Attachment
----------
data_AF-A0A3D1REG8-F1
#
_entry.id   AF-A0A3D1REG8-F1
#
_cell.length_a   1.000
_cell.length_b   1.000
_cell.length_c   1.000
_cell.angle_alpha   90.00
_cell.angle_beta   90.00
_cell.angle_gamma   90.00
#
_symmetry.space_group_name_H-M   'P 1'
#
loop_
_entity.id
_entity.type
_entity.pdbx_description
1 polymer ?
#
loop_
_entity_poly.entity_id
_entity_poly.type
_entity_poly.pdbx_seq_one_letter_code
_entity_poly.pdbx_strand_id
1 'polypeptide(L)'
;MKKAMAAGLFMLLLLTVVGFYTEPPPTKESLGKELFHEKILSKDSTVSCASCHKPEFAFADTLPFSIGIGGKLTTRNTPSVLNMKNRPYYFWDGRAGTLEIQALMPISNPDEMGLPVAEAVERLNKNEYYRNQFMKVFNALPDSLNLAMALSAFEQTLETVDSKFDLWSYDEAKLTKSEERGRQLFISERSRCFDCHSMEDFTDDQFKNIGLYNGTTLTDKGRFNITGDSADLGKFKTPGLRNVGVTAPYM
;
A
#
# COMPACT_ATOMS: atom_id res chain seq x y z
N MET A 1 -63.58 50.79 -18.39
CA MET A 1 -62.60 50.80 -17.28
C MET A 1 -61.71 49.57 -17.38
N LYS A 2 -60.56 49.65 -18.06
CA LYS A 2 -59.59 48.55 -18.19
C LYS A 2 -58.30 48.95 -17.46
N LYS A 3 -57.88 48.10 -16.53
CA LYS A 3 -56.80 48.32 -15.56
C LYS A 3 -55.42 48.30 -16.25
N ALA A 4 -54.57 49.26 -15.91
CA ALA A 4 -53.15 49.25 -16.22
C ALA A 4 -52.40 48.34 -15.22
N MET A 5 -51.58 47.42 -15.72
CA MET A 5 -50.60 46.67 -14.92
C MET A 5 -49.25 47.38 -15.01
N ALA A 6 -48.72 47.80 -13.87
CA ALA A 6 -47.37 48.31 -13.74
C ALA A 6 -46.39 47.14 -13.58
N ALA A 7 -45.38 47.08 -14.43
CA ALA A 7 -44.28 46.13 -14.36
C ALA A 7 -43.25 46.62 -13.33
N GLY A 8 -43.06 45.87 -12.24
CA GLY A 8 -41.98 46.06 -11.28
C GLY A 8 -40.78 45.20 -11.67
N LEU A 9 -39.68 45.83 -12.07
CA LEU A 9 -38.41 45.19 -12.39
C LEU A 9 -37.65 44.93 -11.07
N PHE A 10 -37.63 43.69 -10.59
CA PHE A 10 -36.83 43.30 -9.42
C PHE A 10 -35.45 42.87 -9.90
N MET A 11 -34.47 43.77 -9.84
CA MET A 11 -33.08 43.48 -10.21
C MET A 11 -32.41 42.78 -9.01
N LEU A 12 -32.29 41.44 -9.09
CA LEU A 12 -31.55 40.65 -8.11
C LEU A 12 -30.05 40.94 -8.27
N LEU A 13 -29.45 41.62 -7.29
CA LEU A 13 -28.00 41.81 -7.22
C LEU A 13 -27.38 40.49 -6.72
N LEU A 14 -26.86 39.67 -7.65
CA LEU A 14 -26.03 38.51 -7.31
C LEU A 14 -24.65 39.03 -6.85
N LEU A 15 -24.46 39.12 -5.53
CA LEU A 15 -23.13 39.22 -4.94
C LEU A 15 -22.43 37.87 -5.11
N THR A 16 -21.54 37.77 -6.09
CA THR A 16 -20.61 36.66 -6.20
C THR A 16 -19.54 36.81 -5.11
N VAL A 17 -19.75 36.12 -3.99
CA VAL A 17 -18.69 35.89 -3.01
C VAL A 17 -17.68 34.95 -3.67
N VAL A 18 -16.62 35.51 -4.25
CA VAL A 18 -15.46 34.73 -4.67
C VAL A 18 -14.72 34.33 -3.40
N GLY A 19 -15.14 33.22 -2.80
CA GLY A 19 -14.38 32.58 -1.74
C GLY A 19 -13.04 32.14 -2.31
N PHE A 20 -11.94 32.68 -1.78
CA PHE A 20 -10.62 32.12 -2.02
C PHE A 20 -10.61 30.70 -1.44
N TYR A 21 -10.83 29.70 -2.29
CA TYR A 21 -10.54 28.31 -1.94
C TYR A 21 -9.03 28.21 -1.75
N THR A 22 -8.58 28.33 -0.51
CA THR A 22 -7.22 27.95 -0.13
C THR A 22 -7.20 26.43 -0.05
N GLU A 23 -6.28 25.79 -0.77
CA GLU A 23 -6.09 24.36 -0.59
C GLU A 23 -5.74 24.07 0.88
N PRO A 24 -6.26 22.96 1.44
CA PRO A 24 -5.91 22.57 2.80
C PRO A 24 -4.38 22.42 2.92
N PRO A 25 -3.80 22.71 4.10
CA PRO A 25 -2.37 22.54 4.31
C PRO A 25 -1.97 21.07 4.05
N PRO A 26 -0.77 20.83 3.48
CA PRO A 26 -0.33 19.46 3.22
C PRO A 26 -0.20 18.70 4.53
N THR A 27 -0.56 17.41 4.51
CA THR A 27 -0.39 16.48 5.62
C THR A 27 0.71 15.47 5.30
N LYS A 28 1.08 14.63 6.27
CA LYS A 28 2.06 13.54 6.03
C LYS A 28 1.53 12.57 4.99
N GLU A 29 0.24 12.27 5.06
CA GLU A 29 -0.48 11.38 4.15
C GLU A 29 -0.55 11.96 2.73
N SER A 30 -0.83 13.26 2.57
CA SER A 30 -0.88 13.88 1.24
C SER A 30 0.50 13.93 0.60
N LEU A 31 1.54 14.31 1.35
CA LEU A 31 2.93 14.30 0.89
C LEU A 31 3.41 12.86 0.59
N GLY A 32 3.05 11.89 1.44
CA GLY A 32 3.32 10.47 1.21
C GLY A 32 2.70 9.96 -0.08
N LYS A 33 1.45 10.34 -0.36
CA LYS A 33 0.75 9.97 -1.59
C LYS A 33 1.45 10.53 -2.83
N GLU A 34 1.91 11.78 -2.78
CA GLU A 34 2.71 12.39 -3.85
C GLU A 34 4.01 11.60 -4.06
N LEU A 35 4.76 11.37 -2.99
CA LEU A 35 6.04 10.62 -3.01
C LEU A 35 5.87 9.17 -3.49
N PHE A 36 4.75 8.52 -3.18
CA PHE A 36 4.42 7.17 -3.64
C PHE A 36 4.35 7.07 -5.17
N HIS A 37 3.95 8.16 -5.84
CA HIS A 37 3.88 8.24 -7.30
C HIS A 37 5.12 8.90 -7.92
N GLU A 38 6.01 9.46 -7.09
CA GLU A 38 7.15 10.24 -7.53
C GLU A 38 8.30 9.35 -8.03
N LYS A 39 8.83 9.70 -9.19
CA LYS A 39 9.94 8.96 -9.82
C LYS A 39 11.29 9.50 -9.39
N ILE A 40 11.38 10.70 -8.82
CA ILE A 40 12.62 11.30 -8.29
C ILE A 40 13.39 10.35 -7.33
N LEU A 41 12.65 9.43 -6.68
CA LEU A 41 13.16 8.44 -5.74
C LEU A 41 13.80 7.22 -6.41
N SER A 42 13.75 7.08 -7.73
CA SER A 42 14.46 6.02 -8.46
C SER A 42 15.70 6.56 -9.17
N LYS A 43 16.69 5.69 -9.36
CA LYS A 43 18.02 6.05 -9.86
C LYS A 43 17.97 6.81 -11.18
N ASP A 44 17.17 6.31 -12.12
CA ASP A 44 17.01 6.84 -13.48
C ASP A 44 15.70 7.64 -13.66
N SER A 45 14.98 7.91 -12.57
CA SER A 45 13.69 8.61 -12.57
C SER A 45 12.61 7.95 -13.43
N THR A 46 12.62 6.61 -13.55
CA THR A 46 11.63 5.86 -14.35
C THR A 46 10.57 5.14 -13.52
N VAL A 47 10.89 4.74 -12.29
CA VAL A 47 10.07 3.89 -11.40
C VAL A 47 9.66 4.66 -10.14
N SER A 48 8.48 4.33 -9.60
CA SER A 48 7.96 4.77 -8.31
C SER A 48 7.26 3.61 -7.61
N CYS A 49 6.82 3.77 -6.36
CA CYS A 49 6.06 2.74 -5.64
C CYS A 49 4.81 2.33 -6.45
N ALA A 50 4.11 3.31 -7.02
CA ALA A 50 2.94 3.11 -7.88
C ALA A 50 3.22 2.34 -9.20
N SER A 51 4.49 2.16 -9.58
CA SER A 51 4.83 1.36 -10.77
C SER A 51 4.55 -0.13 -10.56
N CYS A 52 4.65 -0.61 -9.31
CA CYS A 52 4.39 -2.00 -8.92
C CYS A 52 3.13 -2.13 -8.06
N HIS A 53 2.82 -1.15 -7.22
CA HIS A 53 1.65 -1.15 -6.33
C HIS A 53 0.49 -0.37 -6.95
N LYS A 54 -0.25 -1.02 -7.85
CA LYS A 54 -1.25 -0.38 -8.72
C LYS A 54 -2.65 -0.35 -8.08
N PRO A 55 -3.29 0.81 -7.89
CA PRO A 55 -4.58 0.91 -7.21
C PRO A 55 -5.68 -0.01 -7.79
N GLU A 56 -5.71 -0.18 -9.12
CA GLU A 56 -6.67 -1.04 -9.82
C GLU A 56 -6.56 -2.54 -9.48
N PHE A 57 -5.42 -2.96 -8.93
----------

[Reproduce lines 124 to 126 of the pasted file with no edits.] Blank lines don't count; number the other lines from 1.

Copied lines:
N GLY A 32 3.05 11.89 1.44
CA GLY A 32 3.32 10.47 1.21
C GLY A 32 2.70 9.96 -0.08